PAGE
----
As part of this year’s mission to create a pro-people justice system, the Justice Law and Order Sector, based at the ministry of Internal Affairs, last week labeled guns before the general public at the Railway grounds.
Anthony Nahaima, legal officer for the National Focal Point on Arms and Light Weapons — the department that handles the gun labeling process — says to date, they have labeled 80 percent of police guns and 50 percent of the army’s. The labeling exercise also includes guns held by civilians and security organizations. According to the Uganda Bureau of Statistics, 2,270 guns in the country are registered. Even then, less than one in 100 people who own guns have them registered. Further, an estimated 200,000 unlawful guns are in circulation.
The gun labeling exercise started in 2008 and is meant to fulfill Uganda’s obligations under regional and international laws and policies. The 2010 Uganda National Policy on Firearms, Ammunition and Incidental Matters recognizes that Africa is the continent most affected by the scourge of illicit firearms — and that firearms prolong and fuel conflict.
In Uganda, firearms have been used in different calibers of conflict ranging from those between domestic partners to regional skirmishes such as cattle rustling in Karamoja, and national conflicts like the Lord’s Resistance Army (LRA) war and the July 11 bombings in 2010.
Nahaima believes that once firearms are labeled, it would be easy to trace and apprehend people who misuse them. Eventually, there would be less misuse of firearms. The objective is that at one point, all the guns in the country, both in the hands of civilians and uniformed services, have a unique identification besides that of the manufacturer. Guns that are not labeled would fall under illicit or unlawful weapons.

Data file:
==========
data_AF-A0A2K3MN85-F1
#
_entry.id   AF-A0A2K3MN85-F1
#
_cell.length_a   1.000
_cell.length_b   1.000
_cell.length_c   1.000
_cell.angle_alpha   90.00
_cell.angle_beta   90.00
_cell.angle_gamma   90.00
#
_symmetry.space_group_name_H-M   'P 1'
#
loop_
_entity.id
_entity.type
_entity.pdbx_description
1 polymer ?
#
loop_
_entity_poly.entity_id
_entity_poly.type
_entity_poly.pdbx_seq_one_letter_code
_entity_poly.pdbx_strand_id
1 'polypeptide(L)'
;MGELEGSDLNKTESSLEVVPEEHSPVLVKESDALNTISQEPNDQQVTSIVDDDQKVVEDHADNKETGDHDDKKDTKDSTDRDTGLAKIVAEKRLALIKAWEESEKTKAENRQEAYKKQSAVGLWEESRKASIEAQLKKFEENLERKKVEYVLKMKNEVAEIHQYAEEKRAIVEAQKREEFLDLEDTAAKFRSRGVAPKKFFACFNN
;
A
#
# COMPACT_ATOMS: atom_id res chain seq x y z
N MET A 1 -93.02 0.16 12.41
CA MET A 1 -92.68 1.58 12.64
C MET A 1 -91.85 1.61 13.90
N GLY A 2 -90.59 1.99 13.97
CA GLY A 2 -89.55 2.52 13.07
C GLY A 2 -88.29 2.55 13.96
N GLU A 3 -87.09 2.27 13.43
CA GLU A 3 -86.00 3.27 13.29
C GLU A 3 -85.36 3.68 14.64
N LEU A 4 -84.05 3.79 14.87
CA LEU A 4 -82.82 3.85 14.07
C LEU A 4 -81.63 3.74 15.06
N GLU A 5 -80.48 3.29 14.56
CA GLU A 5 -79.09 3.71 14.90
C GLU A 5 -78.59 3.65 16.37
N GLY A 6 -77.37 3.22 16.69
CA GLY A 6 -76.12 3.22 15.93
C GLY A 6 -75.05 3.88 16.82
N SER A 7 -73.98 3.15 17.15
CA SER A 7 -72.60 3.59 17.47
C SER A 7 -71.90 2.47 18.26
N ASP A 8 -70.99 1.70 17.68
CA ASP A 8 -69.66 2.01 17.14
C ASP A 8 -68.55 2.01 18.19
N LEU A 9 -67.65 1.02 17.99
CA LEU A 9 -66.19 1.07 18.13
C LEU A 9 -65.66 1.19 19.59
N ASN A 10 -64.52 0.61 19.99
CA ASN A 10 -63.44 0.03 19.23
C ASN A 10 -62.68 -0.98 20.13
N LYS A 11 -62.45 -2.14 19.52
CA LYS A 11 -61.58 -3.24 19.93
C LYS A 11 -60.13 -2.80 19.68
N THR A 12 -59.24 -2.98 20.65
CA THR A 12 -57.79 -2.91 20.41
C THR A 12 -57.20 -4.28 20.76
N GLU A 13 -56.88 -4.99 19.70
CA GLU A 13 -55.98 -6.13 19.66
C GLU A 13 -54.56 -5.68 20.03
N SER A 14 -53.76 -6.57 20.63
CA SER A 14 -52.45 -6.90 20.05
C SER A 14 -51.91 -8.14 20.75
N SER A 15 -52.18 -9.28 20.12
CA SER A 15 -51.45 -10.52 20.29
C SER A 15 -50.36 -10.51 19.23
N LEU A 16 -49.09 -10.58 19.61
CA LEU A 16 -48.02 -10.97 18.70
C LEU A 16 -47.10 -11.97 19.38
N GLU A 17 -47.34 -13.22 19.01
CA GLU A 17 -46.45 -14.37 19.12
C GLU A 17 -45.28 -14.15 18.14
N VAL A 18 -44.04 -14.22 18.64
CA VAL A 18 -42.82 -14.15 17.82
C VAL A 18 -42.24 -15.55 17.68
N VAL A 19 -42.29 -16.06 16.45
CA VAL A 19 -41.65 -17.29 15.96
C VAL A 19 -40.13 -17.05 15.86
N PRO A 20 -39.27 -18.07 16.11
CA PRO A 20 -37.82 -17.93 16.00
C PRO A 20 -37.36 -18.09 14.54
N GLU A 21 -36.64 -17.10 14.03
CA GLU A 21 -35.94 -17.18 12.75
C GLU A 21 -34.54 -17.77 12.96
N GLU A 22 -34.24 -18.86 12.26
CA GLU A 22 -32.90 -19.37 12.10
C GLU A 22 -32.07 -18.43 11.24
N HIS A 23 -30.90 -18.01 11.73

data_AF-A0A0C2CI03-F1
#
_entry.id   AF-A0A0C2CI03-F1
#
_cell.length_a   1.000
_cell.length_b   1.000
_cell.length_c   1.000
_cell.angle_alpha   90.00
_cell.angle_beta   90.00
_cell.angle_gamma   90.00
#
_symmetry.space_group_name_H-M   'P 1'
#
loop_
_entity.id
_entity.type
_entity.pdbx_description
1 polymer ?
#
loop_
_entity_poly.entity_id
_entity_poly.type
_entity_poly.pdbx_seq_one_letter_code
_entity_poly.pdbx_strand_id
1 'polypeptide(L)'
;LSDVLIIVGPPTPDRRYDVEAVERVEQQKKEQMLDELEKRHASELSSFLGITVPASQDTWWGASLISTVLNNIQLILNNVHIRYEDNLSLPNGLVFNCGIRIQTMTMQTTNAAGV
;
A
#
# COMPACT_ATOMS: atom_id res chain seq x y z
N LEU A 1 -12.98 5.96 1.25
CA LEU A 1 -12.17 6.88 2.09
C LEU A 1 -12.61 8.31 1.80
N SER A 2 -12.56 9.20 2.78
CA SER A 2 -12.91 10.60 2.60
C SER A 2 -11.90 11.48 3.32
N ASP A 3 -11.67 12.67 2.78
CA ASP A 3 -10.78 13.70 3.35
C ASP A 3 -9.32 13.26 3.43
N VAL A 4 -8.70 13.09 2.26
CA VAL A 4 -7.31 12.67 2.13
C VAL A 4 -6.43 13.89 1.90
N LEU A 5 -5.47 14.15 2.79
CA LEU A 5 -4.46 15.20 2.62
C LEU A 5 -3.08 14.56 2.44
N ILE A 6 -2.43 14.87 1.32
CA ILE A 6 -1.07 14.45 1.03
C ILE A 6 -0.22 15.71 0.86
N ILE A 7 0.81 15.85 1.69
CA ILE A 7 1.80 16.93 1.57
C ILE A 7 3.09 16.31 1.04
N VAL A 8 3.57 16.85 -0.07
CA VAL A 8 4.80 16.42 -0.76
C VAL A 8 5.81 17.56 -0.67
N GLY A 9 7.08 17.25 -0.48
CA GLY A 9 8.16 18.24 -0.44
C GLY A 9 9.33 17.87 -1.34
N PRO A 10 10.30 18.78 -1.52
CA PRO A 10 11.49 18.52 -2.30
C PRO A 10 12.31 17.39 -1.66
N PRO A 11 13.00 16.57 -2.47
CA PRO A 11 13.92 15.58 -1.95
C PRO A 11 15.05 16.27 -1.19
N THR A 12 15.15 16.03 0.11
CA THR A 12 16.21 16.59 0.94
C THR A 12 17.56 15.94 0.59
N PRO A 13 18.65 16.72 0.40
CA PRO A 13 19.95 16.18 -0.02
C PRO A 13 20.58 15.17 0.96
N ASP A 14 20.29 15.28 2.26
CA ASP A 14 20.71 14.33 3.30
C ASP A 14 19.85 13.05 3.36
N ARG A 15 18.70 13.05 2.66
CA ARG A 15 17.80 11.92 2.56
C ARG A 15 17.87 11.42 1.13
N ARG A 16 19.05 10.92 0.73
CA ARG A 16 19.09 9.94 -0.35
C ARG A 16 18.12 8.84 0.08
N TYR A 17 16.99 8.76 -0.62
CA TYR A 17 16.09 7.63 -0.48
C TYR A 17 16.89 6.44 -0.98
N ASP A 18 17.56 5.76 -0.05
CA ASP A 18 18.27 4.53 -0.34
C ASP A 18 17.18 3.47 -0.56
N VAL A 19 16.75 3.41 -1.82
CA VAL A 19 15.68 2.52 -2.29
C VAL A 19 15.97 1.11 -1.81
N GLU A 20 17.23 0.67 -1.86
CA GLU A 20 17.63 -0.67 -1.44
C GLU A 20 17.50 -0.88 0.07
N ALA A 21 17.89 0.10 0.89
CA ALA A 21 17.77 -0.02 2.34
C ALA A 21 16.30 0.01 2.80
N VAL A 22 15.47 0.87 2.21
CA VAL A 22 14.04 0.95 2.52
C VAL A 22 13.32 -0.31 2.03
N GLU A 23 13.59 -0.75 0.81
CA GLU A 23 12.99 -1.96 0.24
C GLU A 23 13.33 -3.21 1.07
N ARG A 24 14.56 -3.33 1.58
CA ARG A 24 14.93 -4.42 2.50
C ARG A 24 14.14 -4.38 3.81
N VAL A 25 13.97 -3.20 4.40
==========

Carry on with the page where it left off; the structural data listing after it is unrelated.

The ministry of Internal Affairs has in the past destroyed illicit guns. Like the gun labeling exercise, destroying of guns was done before the public and attracted a lot of media attention. It also attracted criticism from development experts who at the time said destroying the guns was a waste of already scarce resources in the country. They argued that the “illicit” guns could be properly labeled and put to use.
But Nahaima says it is important to weigh the development needs of the country against the dangers paused by illicit firearms. “They destroy lives, and they destroy the country,” he says. He also says that government has enough fire arms as it is, including a small assembling plant at Nakasongola. Therefore, he says, destroying these firearms is the best solution.
A 2006 survey conducted by UBOS shows that the army and police have 133,000 and 28,000 firearms respectively, while civilians own about 400,000 guns. Of the estimated 2,000 homicides that take place in Uganda every year, about 350 are carried out using guns. The Firearms Act 1970 is intended to control the use, manufacture and distribution of firearms in the country. Nahaima, however, says that the Act is, in practice, obsolete.
For example, the Act does not cover guns that are in the possession of private security agencies which cropped up in the 1990s.
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